“This video was created by using an EMS Videosizer which is fed with musical information in order to produce and treat color, shape, lightness and contrast of the visual information.Pete Namlook is a purist. He never wanted to release a video with grinning musicians fuzzing around with their instruments or 3D animation which has not the timeless quality. More Important is the direct connection to the music.Visuals not as an explanation of the sound but more an enhancement and intensification of the overall musical experience. Operator at the machine was Ludwig Rehberg except Video 1 (Pete Namlook)”
Expand and preserve your beloved Synthi
“Many Synthi users dare not make mods because they’re afraid to depreciate their valuable instrument.
Is understandable, but is a pity because the mods wonderfully expand the Synthi and open doors to fantastic new sonic worlds. Here’s an idea I think is worth to be shared. I’m surprised no one else had it before.I did a few mods on my Synthis A MKI and AKS using push-pull pots instead of switches to avoid drilling holes in the panel. LEDs in the spare anti-rotation holes left by the original pots (push-pull ones are smaller) show that the mod is active when the knob is pulled. This makes the mods fully reversible and preserves the Synthi’s original appearance.”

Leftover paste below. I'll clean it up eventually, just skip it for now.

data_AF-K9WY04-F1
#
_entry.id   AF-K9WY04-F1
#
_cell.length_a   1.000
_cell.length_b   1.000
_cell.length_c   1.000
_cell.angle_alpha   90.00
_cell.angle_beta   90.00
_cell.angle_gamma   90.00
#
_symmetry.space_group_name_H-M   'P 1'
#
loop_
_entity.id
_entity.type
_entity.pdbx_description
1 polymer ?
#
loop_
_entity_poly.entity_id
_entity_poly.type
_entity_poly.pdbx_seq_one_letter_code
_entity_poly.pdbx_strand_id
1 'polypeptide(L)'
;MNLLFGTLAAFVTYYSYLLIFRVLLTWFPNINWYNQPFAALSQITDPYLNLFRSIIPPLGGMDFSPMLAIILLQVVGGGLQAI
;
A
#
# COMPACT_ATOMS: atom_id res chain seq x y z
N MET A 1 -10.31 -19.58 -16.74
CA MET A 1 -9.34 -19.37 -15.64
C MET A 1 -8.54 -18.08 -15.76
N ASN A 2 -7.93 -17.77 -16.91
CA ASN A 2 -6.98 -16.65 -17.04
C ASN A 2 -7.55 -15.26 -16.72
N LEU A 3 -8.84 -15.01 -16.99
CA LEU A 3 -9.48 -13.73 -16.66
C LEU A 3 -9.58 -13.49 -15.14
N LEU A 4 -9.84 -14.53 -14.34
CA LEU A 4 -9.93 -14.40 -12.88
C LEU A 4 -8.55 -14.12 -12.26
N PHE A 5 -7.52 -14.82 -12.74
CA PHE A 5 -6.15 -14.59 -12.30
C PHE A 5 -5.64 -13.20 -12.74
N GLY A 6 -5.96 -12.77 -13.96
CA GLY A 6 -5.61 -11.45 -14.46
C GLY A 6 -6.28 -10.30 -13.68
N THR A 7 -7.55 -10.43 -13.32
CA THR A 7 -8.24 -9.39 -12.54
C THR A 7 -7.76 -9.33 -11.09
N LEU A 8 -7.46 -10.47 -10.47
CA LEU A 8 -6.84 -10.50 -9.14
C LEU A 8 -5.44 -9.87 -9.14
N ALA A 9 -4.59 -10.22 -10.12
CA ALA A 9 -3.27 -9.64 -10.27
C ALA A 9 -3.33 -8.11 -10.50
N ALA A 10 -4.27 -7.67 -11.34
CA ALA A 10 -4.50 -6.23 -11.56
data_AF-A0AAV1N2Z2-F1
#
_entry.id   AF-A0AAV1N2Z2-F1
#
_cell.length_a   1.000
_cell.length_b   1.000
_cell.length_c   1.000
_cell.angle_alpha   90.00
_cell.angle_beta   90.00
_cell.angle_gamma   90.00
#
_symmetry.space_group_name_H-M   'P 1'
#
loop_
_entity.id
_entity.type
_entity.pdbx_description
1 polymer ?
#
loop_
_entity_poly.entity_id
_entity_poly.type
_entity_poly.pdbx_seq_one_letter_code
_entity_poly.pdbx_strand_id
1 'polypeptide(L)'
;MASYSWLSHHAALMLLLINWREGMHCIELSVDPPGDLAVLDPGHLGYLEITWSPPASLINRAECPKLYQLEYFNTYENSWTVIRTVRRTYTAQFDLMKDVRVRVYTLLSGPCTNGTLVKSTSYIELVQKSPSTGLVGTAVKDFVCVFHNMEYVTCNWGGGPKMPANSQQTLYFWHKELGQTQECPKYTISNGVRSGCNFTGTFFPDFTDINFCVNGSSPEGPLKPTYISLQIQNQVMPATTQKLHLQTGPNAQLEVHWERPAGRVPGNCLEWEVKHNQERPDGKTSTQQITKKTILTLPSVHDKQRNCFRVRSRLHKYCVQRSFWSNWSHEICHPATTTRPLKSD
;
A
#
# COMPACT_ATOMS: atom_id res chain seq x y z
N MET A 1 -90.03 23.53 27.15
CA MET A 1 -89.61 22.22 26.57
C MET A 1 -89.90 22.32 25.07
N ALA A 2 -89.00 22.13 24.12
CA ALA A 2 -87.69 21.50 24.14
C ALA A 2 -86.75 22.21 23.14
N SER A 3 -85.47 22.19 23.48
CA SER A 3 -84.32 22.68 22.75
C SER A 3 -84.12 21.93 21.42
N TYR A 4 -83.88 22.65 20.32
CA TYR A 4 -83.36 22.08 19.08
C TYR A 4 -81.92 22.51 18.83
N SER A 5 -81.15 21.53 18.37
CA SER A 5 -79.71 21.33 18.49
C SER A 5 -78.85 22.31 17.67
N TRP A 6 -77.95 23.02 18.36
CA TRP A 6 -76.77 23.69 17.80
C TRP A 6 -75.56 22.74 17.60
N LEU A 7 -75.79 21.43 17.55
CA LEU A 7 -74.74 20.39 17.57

Bob Ehle plays his 1960s composition, “Split Metamorphosis,” on the Synthi AKS Synthesizer.
Bob Ehle plays his composition, “Hangar 84,” in his electronic music studio at the University of Northern Colorado. The clarinet is processed through a ring modulator in the Synthi AKS synthesizer visible in the background. Additional sound processing is done with an Echotron. The resulting waves may be seen on the oscilloscope on the left. Hangar 84 is where the remains of the Roswell incident are stored. Click here to watch the video!